It wasn't until his final year of university at Leeds, where he read English Literature, that his secret was discovered by a friend who stumbled upon him producing music from his student digs and was impressed enough to enter him for a local competition for which the prize was studio recording time and performing a gig. He won, and a career was born. “I didn't tell anyone and I ended up winning it, which forced me to do a gig for the first time which was quite traumatic”, he recalls.

Back then his music was less accessible than Bastille's. Listening to his new album, it's hard to imagine the Regina Spektor influence he cites. “My songs used to be significantly more bizarre. I used to play a big electric piano and a loop pedal. I was really into Regina Spektor and I liked her narrative lyrics that were quite off the wall. I used to layer things up and try and replicate what I'd been doing with my bedroom recordings.”

The songs still begin in the bedroom; Smith points out that “Flaws” was almost completed there before reaching the studio. Before forming Bastille, he was a solo artist. Keen to shift away from the singer-songwriter template, not least because he didn't enjoy the limelight and because he eschewed sensitive love-centred lyrics, he formed the band with friends. “I found playing under my own name a bit embarrassing”, he says. “I'm not interested in writing overtly autobiographical songs. I would rather explore interesting stories. I like the idea of the songs being evocative and distinctive, so I have in my mind the atmosphere that a film could evoke. I like to think of them existing in their own little world.” Hence grand, historical song subjects such as “Pompeii” in which ash-smothered corpses converse.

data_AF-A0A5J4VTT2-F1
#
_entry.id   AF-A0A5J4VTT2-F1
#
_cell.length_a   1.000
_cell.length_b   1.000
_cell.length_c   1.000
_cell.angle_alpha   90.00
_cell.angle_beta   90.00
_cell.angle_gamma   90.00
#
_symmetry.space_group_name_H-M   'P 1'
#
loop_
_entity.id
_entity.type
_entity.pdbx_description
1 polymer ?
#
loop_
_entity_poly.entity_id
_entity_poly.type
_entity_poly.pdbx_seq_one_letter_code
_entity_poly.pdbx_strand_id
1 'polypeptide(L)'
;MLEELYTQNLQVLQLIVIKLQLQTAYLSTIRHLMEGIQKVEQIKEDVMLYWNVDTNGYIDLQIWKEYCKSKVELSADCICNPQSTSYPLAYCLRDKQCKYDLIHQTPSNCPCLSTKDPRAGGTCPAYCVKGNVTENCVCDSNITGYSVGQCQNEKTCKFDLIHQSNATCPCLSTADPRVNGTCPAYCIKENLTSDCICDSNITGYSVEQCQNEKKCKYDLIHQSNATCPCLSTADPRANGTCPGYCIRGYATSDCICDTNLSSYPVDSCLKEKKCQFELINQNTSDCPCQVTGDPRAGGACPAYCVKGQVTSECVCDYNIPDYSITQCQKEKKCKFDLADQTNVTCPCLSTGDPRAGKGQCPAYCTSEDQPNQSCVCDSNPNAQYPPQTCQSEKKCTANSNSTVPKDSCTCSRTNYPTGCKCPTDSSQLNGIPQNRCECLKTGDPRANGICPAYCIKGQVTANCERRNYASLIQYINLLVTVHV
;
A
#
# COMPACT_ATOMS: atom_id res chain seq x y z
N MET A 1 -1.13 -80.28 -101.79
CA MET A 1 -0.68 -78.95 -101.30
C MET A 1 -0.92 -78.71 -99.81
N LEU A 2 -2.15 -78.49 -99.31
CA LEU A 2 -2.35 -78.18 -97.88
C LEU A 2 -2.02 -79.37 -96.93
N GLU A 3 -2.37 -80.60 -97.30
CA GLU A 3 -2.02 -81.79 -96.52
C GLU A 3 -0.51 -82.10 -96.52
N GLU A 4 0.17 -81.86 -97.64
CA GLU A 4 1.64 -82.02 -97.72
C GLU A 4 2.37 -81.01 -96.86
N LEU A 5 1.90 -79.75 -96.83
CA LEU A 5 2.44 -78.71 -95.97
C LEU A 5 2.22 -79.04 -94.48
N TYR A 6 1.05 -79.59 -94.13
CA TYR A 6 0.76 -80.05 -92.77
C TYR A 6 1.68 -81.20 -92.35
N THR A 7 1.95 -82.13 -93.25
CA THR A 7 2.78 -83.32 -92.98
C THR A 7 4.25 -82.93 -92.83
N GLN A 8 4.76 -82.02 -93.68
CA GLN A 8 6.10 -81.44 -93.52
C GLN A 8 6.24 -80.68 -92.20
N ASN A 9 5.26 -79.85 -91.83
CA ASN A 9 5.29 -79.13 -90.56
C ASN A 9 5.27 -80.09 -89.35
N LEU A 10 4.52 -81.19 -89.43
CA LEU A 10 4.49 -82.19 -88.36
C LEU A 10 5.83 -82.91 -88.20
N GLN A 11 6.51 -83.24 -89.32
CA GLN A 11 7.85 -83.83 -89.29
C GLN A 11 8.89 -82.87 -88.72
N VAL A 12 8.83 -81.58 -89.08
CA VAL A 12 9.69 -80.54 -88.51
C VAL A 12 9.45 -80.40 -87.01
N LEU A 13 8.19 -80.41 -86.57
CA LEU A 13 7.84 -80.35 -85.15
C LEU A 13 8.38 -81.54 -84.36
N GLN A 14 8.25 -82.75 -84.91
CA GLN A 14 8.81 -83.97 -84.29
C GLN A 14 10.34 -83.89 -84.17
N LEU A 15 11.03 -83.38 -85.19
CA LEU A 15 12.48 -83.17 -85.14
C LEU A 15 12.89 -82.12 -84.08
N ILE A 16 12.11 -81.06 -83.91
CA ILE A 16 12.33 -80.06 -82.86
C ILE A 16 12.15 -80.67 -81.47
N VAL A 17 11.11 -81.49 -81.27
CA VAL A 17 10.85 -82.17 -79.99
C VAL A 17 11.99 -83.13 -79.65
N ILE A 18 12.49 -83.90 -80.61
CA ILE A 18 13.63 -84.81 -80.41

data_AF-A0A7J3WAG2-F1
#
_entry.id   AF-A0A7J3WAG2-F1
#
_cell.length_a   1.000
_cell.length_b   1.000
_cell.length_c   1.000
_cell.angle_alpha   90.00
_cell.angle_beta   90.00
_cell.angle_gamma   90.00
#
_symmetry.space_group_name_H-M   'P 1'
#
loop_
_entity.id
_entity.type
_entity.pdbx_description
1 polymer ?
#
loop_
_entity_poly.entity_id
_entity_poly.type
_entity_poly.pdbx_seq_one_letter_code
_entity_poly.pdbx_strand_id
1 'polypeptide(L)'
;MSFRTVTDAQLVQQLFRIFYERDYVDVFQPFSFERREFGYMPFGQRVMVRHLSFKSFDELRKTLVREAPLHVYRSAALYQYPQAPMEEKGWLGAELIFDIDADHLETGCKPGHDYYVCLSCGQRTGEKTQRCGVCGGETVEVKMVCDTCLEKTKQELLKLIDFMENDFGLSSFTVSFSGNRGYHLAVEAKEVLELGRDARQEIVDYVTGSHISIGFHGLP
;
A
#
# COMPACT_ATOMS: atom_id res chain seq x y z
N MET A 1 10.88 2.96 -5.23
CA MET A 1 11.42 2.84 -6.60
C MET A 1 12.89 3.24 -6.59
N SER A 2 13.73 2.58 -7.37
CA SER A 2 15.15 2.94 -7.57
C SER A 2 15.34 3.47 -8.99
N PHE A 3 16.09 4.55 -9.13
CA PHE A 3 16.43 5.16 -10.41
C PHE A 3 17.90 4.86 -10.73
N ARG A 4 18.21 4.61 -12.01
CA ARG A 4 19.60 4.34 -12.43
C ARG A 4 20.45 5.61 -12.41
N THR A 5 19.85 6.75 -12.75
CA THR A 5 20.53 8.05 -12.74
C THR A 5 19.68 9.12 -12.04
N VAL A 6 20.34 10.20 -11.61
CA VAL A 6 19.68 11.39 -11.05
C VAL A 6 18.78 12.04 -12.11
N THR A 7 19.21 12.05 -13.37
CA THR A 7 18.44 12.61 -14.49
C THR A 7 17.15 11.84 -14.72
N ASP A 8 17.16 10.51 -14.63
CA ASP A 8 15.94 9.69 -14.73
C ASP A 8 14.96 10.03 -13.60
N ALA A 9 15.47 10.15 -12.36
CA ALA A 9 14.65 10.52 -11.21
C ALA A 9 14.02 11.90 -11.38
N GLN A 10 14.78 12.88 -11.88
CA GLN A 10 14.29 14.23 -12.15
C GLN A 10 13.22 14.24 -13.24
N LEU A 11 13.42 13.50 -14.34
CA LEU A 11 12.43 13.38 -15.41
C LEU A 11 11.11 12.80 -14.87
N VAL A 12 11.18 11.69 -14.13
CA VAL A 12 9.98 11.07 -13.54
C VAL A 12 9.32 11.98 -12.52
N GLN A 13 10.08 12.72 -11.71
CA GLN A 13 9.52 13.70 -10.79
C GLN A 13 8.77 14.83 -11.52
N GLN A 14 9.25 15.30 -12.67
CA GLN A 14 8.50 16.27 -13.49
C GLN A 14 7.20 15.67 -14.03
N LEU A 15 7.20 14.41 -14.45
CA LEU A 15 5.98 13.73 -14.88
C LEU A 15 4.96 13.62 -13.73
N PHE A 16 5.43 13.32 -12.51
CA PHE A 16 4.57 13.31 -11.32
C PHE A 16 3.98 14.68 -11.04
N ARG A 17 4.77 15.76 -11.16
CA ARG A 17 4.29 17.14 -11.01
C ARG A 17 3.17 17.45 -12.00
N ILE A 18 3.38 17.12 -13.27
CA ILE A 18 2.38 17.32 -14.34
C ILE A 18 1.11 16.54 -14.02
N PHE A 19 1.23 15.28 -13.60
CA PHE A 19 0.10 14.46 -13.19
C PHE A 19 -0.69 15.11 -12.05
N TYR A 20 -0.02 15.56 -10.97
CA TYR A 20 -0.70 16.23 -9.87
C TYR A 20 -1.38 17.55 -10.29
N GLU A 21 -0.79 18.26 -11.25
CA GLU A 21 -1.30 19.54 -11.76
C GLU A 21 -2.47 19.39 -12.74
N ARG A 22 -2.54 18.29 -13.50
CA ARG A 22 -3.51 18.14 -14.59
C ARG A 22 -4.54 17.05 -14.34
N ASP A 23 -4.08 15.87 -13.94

Crucially, no guitar chords feature in Bastille. With the exception of the drums, bass guitar, and piano, it's all synth-driven. “It was a challenge that we set ourselves,” Smith says with a smile. “The first turning point, when I stopped doing things by myself and the Bastille project began, was the inclusion of more electronic music into the sound. Initially, it was a thing of 'Well obviously there won't be guitars, because I can't play guitar' and then it became a running joke that we wanted to make an album that sounded like [guitar music] – some people have grouped us in with guitar bands.”

His reservations about gigging might still linger, but you'd never know from Bastille's confident headline shows, which have led to another sold-out tour. “I don't like the attention and I don't like being on stage,” he states, “but I've grown to enjoy elements of it. You can't imagine anything more mind-blowing than being onstage in front of 1,500 people, and pretty much everyone in the room shouting along to one of your songs. That's such an amazing feeling.”

It's a feeling that Smith had better become accustomed to. McDonald's will have to recruit elsewhere.

'Bad Blood' is out now. Bastille tour from Tuesday to 6 April

This article appears in tomorrow's print edition of Radar magazine